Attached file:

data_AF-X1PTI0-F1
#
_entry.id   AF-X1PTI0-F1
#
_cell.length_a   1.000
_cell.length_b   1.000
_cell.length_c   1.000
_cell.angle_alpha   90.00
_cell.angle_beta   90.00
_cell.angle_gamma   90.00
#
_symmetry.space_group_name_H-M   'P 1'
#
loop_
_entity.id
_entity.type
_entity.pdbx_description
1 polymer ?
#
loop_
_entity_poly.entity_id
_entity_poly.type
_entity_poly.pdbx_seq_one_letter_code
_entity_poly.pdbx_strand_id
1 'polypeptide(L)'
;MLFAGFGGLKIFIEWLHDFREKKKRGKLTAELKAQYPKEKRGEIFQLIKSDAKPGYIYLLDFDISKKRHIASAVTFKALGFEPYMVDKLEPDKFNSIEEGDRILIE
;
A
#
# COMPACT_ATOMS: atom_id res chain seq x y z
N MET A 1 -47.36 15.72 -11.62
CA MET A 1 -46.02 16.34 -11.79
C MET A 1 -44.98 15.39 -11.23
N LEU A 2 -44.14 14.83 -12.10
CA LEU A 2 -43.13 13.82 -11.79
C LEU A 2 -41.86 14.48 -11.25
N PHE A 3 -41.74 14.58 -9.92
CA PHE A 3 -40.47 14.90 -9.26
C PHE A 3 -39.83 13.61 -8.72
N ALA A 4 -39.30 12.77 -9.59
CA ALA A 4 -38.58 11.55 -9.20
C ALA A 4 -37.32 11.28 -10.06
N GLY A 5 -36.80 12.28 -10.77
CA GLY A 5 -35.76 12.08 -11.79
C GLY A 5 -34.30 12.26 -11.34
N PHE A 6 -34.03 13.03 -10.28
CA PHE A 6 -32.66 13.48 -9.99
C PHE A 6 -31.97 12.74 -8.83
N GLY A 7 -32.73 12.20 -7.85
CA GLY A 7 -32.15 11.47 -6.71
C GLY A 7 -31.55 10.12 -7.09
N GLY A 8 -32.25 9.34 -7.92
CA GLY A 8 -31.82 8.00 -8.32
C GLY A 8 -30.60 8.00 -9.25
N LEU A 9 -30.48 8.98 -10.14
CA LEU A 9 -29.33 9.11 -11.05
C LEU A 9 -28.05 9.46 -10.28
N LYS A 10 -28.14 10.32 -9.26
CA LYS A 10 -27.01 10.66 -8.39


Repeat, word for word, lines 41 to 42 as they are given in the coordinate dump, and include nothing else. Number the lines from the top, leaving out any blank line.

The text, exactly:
CA ALA A 4 -38.58 11.55 -9.20
C ALA A 4 -37.32 11.28 -10.06